Turns out the man was well aware of hunting season and was preparing for his own.

Phill Douglass of the Utah Division of Wildlife Resources said the 57-year-old hunter called the Division and provided enough information to put their curiosity to rest. He described his suit as a hooded painter’s uniform and a fleece.

To catch up on the story and to see photographs of the “goat man,” view the news coverage video KTNV TV in Las Vegas.

Image screenshot of video by ktnv on youtube, slider image by Lynn Chamberlain, Utah Division of Wildlife Resources

Alaskan Professor Battles Off Grizzly Bear with Insect Repellent and a Walking Stick


This is the kind of story that makes you want to walk out your door and purchase a gun immediately.   Surprisingly enough, she didn’t turn her insect repellent into a flame thrower which may have also worked.  Great ingenuity, and glad she is still alive.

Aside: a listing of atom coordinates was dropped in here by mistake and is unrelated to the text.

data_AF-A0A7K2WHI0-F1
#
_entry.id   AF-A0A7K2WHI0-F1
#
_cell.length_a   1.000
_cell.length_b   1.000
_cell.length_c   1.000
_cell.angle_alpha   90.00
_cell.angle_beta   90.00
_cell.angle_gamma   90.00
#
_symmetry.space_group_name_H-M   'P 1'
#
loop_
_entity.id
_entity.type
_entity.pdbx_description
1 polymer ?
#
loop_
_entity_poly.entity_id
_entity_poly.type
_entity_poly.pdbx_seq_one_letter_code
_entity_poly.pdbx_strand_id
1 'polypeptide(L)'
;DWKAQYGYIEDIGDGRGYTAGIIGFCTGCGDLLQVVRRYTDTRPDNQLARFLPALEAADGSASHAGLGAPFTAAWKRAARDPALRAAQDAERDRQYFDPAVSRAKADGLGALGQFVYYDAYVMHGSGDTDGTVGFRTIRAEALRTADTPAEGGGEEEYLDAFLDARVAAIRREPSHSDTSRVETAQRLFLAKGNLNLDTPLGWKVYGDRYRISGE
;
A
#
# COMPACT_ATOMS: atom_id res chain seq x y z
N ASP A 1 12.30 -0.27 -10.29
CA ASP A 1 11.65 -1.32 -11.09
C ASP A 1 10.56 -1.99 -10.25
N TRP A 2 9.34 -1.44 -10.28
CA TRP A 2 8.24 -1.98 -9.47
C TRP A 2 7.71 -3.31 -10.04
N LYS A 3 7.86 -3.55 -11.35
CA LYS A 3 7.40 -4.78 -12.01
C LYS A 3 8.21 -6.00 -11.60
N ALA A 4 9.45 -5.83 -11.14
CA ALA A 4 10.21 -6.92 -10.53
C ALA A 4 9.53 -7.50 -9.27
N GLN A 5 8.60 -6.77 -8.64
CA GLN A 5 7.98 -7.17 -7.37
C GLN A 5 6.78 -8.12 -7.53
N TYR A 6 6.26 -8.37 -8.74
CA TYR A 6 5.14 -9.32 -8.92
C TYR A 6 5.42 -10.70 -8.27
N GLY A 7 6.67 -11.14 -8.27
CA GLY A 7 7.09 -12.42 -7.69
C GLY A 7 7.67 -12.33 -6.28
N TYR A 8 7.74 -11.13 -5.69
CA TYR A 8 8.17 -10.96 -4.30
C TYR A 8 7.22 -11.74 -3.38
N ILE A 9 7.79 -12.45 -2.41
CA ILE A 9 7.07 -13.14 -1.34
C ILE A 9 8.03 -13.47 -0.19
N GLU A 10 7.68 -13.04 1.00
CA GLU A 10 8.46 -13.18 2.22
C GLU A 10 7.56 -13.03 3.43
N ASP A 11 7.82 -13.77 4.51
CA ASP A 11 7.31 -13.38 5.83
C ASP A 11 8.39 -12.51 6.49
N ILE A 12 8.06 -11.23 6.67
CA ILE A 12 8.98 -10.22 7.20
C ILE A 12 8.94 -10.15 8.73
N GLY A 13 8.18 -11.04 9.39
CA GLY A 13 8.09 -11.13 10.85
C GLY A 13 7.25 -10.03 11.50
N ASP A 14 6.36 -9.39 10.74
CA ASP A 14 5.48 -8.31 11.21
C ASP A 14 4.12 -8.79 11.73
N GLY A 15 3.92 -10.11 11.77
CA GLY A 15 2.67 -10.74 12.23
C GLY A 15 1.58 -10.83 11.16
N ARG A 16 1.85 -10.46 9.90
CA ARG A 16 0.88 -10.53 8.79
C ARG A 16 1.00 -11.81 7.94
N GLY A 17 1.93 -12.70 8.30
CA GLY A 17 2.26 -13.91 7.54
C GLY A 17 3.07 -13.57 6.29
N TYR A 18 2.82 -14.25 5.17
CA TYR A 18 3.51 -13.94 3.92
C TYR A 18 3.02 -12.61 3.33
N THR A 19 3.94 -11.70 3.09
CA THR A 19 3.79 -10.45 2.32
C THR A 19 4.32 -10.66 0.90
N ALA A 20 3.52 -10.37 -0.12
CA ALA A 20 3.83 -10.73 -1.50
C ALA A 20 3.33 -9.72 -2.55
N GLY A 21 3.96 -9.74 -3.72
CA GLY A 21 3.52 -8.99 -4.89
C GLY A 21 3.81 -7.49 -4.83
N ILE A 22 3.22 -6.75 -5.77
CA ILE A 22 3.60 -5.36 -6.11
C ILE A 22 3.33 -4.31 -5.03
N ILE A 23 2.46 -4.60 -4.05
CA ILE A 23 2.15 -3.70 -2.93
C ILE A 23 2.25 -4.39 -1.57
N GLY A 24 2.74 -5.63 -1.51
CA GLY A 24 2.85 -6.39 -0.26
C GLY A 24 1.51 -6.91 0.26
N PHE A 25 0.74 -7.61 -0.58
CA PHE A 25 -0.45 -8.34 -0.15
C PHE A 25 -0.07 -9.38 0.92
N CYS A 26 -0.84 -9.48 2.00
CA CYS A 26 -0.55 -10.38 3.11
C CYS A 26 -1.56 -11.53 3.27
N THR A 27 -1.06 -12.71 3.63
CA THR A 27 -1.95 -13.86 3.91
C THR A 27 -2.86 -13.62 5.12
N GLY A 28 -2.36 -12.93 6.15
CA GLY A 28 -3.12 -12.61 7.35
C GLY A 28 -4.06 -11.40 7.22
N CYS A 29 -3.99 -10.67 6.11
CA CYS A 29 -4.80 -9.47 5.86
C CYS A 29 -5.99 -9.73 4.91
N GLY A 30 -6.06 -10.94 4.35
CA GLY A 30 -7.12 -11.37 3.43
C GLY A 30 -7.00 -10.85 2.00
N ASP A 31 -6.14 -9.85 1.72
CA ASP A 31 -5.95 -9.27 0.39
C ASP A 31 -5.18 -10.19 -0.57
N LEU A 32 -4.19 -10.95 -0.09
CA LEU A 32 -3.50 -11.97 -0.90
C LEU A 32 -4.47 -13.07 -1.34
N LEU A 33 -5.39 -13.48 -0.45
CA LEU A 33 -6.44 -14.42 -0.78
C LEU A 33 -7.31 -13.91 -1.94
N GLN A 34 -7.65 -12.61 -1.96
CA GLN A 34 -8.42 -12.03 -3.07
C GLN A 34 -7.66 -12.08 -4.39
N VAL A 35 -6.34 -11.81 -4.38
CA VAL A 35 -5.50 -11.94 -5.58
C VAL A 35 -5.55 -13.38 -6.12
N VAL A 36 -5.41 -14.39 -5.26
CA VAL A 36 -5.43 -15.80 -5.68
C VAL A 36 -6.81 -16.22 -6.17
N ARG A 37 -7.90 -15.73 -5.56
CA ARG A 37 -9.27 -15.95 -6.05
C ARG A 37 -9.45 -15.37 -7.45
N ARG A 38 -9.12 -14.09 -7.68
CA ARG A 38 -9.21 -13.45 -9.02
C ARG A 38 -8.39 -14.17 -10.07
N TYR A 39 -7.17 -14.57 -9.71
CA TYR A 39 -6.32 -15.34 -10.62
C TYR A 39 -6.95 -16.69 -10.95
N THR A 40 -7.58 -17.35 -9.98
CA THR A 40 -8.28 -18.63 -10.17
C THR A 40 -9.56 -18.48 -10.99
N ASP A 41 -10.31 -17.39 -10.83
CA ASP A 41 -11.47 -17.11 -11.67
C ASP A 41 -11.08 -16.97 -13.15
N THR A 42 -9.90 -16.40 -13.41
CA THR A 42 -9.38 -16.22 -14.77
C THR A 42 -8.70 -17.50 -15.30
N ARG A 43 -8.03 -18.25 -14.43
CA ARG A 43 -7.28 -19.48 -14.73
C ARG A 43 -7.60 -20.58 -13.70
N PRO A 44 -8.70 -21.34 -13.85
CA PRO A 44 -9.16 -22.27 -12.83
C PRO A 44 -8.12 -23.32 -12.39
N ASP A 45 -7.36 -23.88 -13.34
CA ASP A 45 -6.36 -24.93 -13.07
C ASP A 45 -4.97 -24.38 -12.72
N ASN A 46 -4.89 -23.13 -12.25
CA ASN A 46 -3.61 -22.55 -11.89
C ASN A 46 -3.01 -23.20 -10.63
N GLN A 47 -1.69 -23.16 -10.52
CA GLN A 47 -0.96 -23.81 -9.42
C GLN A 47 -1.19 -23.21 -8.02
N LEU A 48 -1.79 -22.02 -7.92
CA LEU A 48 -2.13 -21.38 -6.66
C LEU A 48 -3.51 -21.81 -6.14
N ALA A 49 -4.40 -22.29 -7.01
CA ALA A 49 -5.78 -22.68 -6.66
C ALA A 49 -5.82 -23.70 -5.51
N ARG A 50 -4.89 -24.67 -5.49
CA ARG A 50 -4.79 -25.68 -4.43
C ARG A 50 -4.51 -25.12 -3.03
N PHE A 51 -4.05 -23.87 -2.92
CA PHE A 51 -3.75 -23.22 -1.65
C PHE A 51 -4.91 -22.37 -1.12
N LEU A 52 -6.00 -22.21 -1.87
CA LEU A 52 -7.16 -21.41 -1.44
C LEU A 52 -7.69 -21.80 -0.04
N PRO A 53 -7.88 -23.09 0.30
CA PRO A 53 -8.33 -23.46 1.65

by Outdoor Hub Reporters on July 17, 2012

submitted by: Agnieszka Spieszny


While the insect repellent Natrapel can’t go touting its anti-bear abilities just yet, it did come in handy for one hiker, her two nieces and her dog when they encountered a grizzly bear on a trail in Alaska. The spray was a decoy for the bear and a placebo for Alyson Jones-Robinson, an English Professor at the University of Alaska Fairbanks.

Jones-Robinson had camped on the Granite Tors Trail about 40 miles east of Fairbanks the day before with her two nieces, aged 13 and 9, who were visiting from Washington state. When Jones-Robinson, 43, came upon a young grizzly bear on the 15-mile trail in the Chena River State Recreation Area last Thursday, she was doing her best in panic mode to save her nieces and her husky, Rowyn.